Michael Noftzger and Julianne Sohn both felt the sting of a military anti-gay policy during their service in the U.S. Army and Marine Corps.
Michael Noftzger and Julianne Sohn both felt the sting of a military anti-gay policy during their service in the U.S. Army and Marine Corps.

Julianne Sohn feels right at home in the Carolinas. She spent many years serving her nation in the Tar Heel and Palmetto States, first at Camp Lejune and then at Paris Island.

That service ended in 2007, when she was discharged under the anti-gay “Don’t Ask, Don’t Tell” policy codified into law under President Bill Clinton in 1993.

“‘Don’t Ask, Don’t Tell’ is the only policy in the federal government that targets a group of people for discrimination,” the former Marine Corps captain told Q-Notes.

Sohn, 32, was one of four veterans speaking at Charlotte’s main library on Aug. 5. The event was the Carolinas’ only stop in the joint Human Rights Campaign and Servicemembers United speaking tour, Voices of Honor. More than two dozen community members attended the event.

Lincolnton, N.C. native Michael Noftzger, 28, also spoke, marking his first time ever publicly speaking out about his treatment as a gay servicemember. Calling Charlotte his home for 13 years, Noftzger was on active duty with the U.S. Army from 1999 to 2003, entering the service after his high school graduation.

“I wanted to make a better life for myself,” he said. “I wanted to have the privilege of defending the greatest nation on earth. In the Army, we weren’t male or female or black or white — we were green and united in a common calling.”

His life in the service wasn’t an easy one — the difficulties of living a double life took its toll.
“To have to live in a constant state of fear and wonder who knows detracts from my focus on my mission,” he told Q-Notes.

Noftzger believes arguments against repealing the anti-gay law are wrong. He said “unit cohesion” is harmed by the lies gay and lesbian servicemembers are forced to tell.

“It is possible to serve openly,” he said. “It doesn’t negatively impact unit cohesion. What really matters is honesty and how you do this job. You serve with people for three years and they think they know you and then they find out something you’ve been hiding. They are going to think, ‘Can I trust this person?’”

After receiving a medical discharge for a back injury, Noftzger later attempted reenlisting through the ROTC program at the University of North Carolina-Charlotte. After a doctor cleared him, Noftzger began completing the necessary steps to enter the program — a process cut short when he was outed.
“I was outed to the ROTC command,” he said. “The recruiter stopped returning my phone calls.”

Serving at Paris Island, Sohn said she was well aware of the base’s anti-gay history long before she landed there. In the 1980s, the Naval Intelligence Service carried out a “witch hunt,” of sorts, and managed to force out or discharge dozens or more lesbian and bisexual women. The investigation even made its way to the Metropolitan Community Church in Charleston, whose pastor refused to hand over a list of church members.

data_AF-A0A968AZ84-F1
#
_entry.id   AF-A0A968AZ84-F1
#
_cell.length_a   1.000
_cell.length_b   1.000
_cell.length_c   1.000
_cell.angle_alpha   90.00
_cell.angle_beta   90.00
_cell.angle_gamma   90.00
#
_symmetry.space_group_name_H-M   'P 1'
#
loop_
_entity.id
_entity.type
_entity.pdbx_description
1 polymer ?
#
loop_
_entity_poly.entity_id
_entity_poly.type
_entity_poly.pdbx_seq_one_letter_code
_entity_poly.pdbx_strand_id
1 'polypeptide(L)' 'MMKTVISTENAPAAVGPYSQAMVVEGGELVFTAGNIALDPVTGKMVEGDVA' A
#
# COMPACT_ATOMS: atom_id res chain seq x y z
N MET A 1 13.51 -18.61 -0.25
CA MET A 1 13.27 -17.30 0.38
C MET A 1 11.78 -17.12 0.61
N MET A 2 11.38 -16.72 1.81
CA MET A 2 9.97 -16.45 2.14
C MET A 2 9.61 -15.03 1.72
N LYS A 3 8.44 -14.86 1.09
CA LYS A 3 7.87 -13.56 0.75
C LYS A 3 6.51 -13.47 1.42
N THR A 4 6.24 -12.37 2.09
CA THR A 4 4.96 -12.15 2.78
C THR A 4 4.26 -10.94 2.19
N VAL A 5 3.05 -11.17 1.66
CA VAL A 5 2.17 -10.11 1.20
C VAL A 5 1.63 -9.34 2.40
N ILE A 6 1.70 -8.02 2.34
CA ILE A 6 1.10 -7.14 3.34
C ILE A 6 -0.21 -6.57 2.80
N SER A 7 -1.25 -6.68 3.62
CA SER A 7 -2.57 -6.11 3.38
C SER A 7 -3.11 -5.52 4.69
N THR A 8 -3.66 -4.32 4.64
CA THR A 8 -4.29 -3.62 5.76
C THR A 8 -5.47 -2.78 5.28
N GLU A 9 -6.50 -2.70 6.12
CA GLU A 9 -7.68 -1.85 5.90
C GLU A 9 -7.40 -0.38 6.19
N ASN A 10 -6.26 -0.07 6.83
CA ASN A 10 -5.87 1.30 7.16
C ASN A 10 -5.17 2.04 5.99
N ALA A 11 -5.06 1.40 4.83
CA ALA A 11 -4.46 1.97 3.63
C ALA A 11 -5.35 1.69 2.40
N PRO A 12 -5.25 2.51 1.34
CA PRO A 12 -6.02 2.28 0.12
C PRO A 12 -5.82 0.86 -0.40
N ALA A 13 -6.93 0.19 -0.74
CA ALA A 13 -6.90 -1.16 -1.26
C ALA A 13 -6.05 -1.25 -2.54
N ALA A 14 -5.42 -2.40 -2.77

“The jokes are still there about single women,” Sohn said. “It is never easy being a woman in the military.”

Dating at the time, Sohn said the anti-gay policy not only put her into the closet, but her loved one as well. She wasn’t able to list her partner as a next of kin. If something were to have happened to Sohn during her 2005 tour in Fallujah, Iraq, her partner wouldn’t have been the first to know.

Noftzger also found personal life difficult. He said the makes it impossible to maintain healthy relationships. Constantly looking over his shoulder and refusing any public displays of affection, Noftzger found himself getting into disagreements and fights with boyfriends.

“Most of the time I tried to date within the military, and mostly outside of my unit,” he said. “When I happened to date civilians, it was hard. I wouldn’t hold hands with someone even inside a car because of this constant state of fear.”

Alex Nicholson, executive director of Servicemembers United, grew up in Greensboro and attended college there. In June 2001, he decided he wanted to serve in the military, but his dream wouldn’t last long — in March 2002 he was discharged.

In training to become a human intelligence collector in the U.S. Army, Nicholson already spoke five different languages, including Arabic.

To the letter of the law, Nicholson never violated “Don’t Ask, Don’t Tell.” Someone else outed him — a common story among those victimized by the unjust policy.

“The ‘Don’t Tell’ part is liberally interpreted,” he said.

Since 1993, more than 13,000 servicemembers have been discharged under “Don’t Ask, Don’t Tell.” Almost $400 million dollars has been spent discharging and replacing those troops.

Introduced again this year, the Military Readiness Enhancement Act would repeal the “Don’t Ask, Don’t Tell” policy, and gains more sponsors each time it is reintroduced, Nicholson said. The bill has 168 co-sponsors, including North Carolina Reps. Brad Miller and David Price and South Carolina’s Rep. James Clyburn, all Democrats.

Sohn said she’s committed to seeing the unjust law repealed, and will keep sharing her story until it passes. “I share my story for all the people who can’t,” she said.

Matt Comer

Matt Comer previously served as editor from October 2007 through August 2015 and as a staff writer afterward in 2016.